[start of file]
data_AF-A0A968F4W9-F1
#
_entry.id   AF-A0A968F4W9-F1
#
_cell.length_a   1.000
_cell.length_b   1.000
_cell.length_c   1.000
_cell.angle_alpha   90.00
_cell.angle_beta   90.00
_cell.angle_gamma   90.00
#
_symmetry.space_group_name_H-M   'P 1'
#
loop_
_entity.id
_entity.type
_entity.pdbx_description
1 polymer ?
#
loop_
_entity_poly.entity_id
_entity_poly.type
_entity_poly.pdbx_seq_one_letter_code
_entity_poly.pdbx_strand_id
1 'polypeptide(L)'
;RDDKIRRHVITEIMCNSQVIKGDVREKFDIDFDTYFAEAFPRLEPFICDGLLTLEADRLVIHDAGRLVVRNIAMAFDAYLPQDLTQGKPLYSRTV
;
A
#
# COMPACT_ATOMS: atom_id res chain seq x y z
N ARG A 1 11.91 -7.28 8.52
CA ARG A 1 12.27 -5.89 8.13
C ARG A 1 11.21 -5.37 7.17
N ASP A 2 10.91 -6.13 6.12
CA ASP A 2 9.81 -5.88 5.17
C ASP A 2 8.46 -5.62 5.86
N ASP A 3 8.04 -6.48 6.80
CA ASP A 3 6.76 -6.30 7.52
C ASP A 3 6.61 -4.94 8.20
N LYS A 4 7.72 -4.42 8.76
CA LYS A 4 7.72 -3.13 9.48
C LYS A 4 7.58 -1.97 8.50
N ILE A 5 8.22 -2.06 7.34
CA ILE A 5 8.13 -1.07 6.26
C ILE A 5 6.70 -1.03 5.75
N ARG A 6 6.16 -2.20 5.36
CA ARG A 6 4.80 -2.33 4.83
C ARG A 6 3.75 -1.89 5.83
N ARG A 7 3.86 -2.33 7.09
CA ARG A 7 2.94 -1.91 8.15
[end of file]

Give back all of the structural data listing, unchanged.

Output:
data_AF-A0A968F4W9-F1
#
_entry.id   AF-A0A968F4W9-F1
#
_cell.length_a   1.000
_cell.length_b   1.000
_cell.length_c   1.000
_cell.angle_alpha   90.00
_cell.angle_beta   90.00
_cell.angle_gamma   90.00
#
_symmetry.space_group_name_H-M   'P 1'
#
loop_
_entity.id
_entity.type
_entity.pdbx_description
1 polymer ?
#
loop_
_entity_poly.entity_id
_entity_poly.type
_entity_poly.pdbx_seq_one_letter_code
_entity_poly.pdbx_strand_id
1 'polypeptide(L)'
;RDDKIRRHVITEIMCNSQVIKGDVREKFDIDFDTYFAEAFPRLEPFICDGLLTLEADRLVIHDAGRLVVRNIAMAFDAYLPQDLTQGKPLYSRTV
;
A
#
# COMPACT_ATOMS: atom_id res chain seq x y z
N ARG A 1 11.91 -7.28 8.52
CA ARG A 1 12.27 -5.89 8.13
C ARG A 1 11.21 -5.37 7.17
N ASP A 2 10.91 -6.13 6.12
CA ASP A 2 9.81 -5.88 5.17
C ASP A 2 8.46 -5.62 5.86
N ASP A 3 8.04 -6.48 6.80
CA ASP A 3 6.76 -6.30 7.52
C ASP A 3 6.61 -4.94 8.20
N LYS A 4 7.72 -4.42 8.76
CA LYS A 4 7.72 -3.13 9.48
C LYS A 4 7.58 -1.97 8.50
N ILE A 5 8.22 -2.06 7.34
CA ILE A 5 8.13 -1.07 6.26
C ILE A 5 6.70 -1.03 5.75
N ARG A 6 6.16 -2.20 5.36
CA ARG A 6 4.80 -2.33 4.83
C ARG A 6 3.75 -1.89 5.83
N ARG A 7 3.86 -2.33 7.09
CA ARG A 7 2.94 -1.91 8.15